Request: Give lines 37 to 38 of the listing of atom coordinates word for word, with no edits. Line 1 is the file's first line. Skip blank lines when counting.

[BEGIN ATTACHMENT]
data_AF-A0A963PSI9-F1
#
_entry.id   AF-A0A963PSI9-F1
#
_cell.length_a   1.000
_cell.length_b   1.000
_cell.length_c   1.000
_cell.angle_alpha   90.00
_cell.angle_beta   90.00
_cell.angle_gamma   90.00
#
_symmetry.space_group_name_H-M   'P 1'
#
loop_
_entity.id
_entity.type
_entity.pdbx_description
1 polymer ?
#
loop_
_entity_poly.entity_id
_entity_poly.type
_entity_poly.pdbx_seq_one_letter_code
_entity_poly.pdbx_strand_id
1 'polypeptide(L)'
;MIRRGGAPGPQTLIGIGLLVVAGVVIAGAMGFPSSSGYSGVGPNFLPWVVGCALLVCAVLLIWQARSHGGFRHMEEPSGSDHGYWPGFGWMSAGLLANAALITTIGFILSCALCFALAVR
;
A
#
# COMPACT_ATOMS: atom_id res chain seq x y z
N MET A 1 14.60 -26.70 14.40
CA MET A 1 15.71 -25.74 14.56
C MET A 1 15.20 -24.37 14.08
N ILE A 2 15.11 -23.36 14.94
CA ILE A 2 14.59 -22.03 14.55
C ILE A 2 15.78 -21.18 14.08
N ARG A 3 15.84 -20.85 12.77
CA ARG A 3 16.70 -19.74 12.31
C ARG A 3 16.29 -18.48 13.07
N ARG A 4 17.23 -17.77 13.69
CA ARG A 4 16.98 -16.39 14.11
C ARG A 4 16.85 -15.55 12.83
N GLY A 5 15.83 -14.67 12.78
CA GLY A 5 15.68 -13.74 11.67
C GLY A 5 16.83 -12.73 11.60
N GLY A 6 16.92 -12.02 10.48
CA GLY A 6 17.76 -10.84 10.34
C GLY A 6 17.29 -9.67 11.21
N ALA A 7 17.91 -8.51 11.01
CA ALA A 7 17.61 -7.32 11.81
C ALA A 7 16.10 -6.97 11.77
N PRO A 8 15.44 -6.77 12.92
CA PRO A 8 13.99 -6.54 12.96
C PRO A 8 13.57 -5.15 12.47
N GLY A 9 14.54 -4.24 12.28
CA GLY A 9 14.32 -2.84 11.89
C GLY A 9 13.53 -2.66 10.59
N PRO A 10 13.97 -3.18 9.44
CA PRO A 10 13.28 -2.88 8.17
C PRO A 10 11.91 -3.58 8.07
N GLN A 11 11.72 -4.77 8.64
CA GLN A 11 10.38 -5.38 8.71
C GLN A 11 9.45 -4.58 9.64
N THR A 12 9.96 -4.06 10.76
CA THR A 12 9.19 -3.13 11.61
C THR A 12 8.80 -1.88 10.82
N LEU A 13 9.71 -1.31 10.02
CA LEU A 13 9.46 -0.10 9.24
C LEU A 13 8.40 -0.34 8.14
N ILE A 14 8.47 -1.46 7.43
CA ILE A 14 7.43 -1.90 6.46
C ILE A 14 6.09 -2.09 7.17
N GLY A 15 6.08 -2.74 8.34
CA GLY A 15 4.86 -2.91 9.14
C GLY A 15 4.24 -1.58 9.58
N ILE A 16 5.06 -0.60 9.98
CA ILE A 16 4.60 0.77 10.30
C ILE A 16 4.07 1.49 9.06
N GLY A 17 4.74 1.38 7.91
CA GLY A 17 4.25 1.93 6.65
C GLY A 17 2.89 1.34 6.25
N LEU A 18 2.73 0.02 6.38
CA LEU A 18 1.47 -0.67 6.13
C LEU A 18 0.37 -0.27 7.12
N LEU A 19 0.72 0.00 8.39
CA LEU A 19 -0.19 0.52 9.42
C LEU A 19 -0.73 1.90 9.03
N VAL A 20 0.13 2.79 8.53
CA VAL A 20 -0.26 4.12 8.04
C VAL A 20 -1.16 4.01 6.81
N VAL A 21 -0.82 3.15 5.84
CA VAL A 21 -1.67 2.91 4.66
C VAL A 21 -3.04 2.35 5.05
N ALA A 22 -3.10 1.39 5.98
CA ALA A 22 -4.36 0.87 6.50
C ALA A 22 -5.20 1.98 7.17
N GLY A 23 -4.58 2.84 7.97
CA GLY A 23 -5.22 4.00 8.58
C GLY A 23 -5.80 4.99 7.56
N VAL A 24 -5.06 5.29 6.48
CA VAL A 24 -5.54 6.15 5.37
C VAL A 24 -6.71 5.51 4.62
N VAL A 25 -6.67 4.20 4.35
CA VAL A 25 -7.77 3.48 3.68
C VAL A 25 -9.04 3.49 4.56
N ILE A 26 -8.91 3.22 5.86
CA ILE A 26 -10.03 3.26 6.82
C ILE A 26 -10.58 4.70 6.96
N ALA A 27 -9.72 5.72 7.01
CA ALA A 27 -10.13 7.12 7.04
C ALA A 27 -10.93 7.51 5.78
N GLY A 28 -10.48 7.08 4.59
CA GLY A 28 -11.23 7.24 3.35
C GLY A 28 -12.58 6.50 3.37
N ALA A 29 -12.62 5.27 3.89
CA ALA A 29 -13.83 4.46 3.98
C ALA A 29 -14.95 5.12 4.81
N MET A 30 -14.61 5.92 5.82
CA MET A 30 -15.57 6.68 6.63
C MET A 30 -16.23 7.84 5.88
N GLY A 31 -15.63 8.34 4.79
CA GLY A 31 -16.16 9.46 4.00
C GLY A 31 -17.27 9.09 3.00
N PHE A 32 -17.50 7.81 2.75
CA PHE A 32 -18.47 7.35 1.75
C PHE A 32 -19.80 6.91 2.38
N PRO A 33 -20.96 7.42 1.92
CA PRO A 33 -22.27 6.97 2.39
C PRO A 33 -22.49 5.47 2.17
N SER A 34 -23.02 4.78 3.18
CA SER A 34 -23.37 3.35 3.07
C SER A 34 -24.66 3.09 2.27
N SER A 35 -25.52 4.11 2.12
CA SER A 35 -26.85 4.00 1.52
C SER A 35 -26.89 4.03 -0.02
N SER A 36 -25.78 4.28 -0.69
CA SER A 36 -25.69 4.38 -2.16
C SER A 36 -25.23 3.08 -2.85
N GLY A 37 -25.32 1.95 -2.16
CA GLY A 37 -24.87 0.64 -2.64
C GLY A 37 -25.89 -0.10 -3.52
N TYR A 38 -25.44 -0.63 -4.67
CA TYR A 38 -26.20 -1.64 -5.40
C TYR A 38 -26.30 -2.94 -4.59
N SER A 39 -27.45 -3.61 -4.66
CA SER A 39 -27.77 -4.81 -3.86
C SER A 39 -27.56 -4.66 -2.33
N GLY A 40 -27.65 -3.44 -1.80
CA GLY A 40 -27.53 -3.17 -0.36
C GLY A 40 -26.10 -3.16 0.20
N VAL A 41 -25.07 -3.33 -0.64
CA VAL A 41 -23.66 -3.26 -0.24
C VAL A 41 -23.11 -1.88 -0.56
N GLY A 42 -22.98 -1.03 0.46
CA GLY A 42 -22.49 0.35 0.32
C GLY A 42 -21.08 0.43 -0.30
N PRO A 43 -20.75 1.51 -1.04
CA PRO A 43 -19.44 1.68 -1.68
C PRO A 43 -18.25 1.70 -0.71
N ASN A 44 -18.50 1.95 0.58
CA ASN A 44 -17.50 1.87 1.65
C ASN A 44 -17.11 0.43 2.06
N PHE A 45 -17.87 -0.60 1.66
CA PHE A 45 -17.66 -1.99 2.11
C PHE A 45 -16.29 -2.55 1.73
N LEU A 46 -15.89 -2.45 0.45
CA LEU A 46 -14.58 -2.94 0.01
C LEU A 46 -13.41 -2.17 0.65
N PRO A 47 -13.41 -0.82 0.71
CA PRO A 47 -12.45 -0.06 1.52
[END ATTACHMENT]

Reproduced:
N ARG A 3 15.84 -20.85 12.77
CA ARG A 3 16.70 -19.74 12.31